• Ensure that your final product has a premium taste, texture, and functionality that’s familiar to consumers. Your protein ingredient selection will vary depending on what characteristics you want from your final product.. 
  • Use healthy, functional proteins and accompanying ingredients in your plant-based products.
  • Display ingredient information on your product labels and packaging, and create informational content on your brand’s website and social media platforms.

To learn more about the plant-based protein industry, get in touch with ProVeg at [email protected].


1  Innova Database: Trends Influencing Plant-Based Ingredients, (2023). Innova Market Insights. Information sent to ProVeg International. Accessed 2023-02-07.
2 Plant Based Protein Market,(2022). Market Data Forecast. Available at: Accessed 2023-02-02.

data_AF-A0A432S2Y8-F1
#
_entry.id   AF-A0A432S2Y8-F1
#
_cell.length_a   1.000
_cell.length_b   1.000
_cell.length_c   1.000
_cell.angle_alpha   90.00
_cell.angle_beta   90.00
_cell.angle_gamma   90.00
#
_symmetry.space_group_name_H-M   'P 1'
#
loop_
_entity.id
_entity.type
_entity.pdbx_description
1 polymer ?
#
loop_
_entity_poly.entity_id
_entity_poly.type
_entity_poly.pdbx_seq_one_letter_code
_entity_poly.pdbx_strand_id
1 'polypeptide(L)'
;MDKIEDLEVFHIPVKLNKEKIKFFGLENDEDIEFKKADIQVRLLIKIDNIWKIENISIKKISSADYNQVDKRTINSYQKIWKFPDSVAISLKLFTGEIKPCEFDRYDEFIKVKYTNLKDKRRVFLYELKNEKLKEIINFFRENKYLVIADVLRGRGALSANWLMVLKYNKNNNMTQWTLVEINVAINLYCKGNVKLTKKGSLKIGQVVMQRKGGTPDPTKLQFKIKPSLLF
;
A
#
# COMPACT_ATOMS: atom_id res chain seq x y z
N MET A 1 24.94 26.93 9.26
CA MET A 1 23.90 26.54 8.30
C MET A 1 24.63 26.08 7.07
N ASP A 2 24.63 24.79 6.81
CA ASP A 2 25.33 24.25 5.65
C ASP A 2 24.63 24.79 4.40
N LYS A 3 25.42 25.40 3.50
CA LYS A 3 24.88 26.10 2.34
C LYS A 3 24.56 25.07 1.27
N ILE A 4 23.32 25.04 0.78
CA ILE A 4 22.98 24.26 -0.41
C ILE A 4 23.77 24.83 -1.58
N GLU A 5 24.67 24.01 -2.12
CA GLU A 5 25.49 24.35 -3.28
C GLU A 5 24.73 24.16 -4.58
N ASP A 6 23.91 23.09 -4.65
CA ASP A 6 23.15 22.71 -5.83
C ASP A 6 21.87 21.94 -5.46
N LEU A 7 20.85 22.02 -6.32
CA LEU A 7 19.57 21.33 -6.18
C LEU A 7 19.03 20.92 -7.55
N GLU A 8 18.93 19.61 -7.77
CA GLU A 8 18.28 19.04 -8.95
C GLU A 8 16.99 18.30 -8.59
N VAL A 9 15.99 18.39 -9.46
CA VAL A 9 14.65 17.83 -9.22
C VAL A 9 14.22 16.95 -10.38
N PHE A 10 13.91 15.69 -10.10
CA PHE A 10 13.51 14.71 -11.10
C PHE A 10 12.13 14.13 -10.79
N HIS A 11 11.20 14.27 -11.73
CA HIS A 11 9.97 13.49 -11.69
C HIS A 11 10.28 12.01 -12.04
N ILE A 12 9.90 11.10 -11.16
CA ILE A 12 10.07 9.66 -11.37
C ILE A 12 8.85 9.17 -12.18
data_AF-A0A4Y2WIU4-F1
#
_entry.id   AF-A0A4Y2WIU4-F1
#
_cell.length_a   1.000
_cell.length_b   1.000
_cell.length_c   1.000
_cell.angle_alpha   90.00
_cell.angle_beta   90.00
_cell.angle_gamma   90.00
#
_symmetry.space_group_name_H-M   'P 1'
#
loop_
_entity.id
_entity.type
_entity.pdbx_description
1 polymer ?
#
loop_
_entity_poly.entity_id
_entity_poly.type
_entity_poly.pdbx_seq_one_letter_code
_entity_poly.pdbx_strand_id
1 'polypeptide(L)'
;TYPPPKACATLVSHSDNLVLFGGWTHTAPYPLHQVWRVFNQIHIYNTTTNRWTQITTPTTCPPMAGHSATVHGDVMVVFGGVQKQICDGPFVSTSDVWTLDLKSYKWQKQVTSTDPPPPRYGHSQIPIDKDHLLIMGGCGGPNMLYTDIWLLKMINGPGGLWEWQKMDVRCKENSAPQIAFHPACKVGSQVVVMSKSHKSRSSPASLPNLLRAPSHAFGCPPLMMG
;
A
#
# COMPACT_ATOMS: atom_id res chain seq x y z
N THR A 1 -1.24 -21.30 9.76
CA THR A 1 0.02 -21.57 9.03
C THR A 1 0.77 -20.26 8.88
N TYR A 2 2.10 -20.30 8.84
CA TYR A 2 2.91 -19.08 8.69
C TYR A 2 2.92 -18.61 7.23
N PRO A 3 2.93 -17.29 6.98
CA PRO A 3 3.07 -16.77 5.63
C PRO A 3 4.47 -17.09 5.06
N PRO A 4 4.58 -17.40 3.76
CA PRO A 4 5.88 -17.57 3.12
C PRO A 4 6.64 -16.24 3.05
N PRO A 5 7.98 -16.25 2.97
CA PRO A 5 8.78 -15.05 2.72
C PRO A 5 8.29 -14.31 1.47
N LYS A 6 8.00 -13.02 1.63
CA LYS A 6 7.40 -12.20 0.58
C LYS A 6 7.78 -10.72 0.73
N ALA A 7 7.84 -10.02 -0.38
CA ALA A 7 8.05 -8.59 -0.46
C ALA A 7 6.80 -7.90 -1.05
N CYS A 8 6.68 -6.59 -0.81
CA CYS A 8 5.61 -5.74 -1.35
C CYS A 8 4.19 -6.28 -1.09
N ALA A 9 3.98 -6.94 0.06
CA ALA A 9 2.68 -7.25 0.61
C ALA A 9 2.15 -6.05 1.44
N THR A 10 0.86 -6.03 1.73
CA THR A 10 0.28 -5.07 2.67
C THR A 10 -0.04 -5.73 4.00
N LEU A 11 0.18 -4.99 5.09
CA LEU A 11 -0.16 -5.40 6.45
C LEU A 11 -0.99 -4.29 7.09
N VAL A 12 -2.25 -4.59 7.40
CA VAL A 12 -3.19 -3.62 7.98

3  Plant-Based Protein Global Markets Report 2022, (2022). Research and Markets/Vegconomist. Available at: Accessed 2023-02-02.
4, 6 Innova Database: Trends Influencing Plant-Based Ingredients, (2023). Innova Market Insights. Information sent to ProVeg International. Accessed 2023-02-07.
5 Plant-Based Protein Global Markets Report 2022, (2022). Research and Markets/Vegconomist. Available at: Accessed 2023-02-02.
7 Smart Protein Project (2021): ‘What consumers want: A survey on European consumer attitudes towards plant-based foods. Country specific insights’ European Union’s Horizon 2020 research and innovation programme (No 862957). Available at: Accessed 2023-02-21.
8, 10 Plant Protein Market Trends For 2021, (2021). Nutra Science Labs. Available at: Accessed 2023-02-02.
9 Plant Based Protein Market by Source, (2022). Markets and Markets. Available at: Accessed 2023-02-02.
11  Smart Protein Project (2021): ‘What consumers want: A survey on European consumer attitudes towards plant-based foods. Country specific insights’ European Union’s Horizon 2020 research and innovation programme (No 862957). Available at: Accessed 2023-02-21.